While COSCA does not use goats for annual fuel modification related to fire safety, goats and other livestock can be viable tools in land management when the goals of the project are aligned with the capabilities of the animals. For instance, goats are often used to remove weeds on remote and steep hillsides where it is logistically difficult to deploy people. This can be helpful when weed management is integrated into a restoration effort. The difference between using them for restoration and fuel management is that restoration would use the animals for short durations and include re-planting or casting seeds for native vegetation. The intensity of grazing would then be modified as native plants return. When COSCA has the resources to implement larger area restoration projects, we will certainly consider livestock as a tool for these projects.
No. While these habitat types are resilient to fire, they do not need fire to persist and more frequent disturbance will cause them to convert to weedy herbaceous landscapes dominated by vegetation that is more flammable. Learn more about chaparral and wildfire from the Chaparral Institute here.
The conversion of one habitat type to another is called type-conversion. A brief description of this process can be found here. COSCA manages land to prevent type-conversion because there are so many species of wildlife that depend on chaparral and coastal sage scrub habitats for their survival.
Here is a short video explaining why COSCA and other conservation agencies value our chaparral ecosystems.
More Articles and Links About Land Management and Wildfires:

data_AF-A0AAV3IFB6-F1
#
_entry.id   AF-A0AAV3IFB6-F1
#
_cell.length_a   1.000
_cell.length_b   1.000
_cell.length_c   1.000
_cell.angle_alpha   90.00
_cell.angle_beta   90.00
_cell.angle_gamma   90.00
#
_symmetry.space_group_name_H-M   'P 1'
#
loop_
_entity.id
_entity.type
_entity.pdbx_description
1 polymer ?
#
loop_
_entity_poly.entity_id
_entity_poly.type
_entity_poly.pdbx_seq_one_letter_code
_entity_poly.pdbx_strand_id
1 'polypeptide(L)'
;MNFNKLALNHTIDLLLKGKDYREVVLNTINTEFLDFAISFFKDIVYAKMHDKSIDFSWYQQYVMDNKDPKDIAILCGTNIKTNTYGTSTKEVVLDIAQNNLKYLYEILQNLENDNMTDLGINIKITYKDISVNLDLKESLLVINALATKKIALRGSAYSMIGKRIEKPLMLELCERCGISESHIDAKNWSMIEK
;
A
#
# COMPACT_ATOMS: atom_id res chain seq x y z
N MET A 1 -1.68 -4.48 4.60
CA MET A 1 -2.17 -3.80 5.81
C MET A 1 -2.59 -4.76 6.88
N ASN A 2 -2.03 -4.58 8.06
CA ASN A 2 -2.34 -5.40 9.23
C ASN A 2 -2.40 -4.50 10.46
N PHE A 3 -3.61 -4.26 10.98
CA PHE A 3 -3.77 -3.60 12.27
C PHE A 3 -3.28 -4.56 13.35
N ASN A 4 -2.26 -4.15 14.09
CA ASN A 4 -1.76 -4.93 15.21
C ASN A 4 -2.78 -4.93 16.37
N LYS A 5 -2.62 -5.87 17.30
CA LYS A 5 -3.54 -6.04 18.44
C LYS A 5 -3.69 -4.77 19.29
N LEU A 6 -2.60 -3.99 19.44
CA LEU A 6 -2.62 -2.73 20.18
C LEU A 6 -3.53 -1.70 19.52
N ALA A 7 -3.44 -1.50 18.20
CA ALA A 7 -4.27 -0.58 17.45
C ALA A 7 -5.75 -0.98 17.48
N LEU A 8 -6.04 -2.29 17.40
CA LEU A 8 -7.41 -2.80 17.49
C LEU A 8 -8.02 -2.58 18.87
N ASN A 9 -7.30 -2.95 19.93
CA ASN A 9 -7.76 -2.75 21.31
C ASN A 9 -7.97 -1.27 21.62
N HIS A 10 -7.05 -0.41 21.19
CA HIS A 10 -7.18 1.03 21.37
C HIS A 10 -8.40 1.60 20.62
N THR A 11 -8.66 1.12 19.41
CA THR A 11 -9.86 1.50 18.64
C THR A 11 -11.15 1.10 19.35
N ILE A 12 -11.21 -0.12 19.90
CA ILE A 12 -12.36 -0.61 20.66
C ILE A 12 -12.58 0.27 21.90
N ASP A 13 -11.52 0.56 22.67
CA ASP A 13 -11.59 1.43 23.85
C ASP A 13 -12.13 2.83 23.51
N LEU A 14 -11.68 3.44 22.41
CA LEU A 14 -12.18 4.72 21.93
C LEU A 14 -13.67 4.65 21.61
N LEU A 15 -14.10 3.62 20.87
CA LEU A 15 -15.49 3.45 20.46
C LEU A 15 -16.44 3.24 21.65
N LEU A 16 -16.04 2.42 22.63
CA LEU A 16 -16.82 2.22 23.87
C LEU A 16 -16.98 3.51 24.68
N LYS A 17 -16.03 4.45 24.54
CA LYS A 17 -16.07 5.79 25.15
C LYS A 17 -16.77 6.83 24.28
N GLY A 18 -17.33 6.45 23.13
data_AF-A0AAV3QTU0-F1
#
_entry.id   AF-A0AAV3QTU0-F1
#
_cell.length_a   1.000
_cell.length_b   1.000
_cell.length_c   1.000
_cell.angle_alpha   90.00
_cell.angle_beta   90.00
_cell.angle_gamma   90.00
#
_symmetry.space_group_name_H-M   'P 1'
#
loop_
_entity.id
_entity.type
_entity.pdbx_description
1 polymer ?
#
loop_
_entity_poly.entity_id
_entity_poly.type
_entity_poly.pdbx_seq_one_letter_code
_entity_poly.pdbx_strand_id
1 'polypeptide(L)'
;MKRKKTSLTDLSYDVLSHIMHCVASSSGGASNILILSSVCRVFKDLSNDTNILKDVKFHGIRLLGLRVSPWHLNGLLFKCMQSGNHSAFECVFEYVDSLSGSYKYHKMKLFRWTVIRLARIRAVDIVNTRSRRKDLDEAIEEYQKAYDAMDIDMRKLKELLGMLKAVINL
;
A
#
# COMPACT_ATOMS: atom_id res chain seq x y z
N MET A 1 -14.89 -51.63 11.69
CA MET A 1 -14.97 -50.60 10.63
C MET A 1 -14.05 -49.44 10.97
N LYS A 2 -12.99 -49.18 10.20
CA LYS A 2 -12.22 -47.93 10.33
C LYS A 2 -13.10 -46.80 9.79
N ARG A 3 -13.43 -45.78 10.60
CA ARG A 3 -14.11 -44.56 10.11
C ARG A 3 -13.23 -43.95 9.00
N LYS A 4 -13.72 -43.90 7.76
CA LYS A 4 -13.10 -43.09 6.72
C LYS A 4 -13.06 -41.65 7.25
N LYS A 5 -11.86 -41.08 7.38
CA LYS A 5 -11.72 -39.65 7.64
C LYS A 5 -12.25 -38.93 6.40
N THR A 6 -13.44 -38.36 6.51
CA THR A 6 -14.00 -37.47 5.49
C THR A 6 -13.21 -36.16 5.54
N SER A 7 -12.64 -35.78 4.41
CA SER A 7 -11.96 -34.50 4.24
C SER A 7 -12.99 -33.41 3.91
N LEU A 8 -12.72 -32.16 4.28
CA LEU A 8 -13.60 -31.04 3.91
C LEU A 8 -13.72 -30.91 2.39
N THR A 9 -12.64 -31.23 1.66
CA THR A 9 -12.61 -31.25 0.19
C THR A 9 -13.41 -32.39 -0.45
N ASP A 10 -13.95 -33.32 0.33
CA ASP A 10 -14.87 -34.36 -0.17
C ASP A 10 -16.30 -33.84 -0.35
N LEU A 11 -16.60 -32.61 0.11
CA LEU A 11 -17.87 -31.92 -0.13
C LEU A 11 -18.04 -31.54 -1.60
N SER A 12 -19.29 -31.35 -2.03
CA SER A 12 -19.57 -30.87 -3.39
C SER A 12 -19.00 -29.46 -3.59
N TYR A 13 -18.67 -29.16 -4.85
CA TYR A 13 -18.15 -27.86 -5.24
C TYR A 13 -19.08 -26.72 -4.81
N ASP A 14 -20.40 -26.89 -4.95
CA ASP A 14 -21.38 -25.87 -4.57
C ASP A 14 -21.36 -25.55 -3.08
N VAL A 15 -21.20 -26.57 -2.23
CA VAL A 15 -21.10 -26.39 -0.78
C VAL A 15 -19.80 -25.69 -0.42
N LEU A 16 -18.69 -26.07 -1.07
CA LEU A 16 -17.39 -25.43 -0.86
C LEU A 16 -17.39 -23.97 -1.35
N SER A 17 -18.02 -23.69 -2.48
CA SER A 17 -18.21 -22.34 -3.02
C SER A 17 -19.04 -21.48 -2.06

Fuel Management and Wildfires - LA Times, 9/11/2019.
Will Cal Fire’s plan to rip out vegetation in San Diego lead to an explosion in flammable invasive grasses? - The San Diego Union-Tribune, 9/30/19.
Wildland Fire Safety Starts in the Home – University of California Cooperative Extension
S.A.F.E. Landscapes – University of California Cooperative Extension
Fire Safety Information and Education
National Park Service wildfire ecologist Dr. Marti Witter presented, “Fire History, Climate Change, and Wildfire Recovery in the Santa Monica Mountains” on November 12th as part of the Conejo Open Space Foundation speaker series for 2020. For more information and presentation slides, click here.
Your Wildfire Action Plan must be prepared, and familiar to all members of your household well in advance of a wildfire. Each family’s plan will be different, depending on a variety of issues, needs, and situations.
Ensure you plan with COVID-19 in mind. Ask friends or relatives outside your area if you would be able to stay with them, should the need arise. If you do need to evacuate and plan to stay with friends or relatives, ask first if they have symptoms of COVID-19 or have people in their home at higher risk for serious illness. If that is the case, make other arrangements. Check with hotels, motels and campgrounds to learn if they are open. Also get set by learning about your community’s response plan for each disaster and determine if these plans have been adapted because of COVID-19.
Over the past several months, in response to COVID-19, staff has been working with the American Red Cross (ARC) and County OES on a modified approach to sheltering during a wildfire. In addition to reducing shelter facility capacity to 30 percent, the use of a facility to temporarily house evacuees is secondary to the ARC’s use of local hotels and motels. The County and ARC are now employing the use of Temporary Evacuation Points (TEPs) at pre-designated sites where evacuees will arrive to be greeted, assessed and advised where to shelter. The ARC has secured agreements with hotels throughout the Conejo Valley that have agreed to provide rooms via a voucher system.
Being prepared for an evacuation is as important as ever since additional items such as masks, hand sanitizer, and gloves should be included. Learn more about how to prepare for an emergency sheltering or evacuation situation here.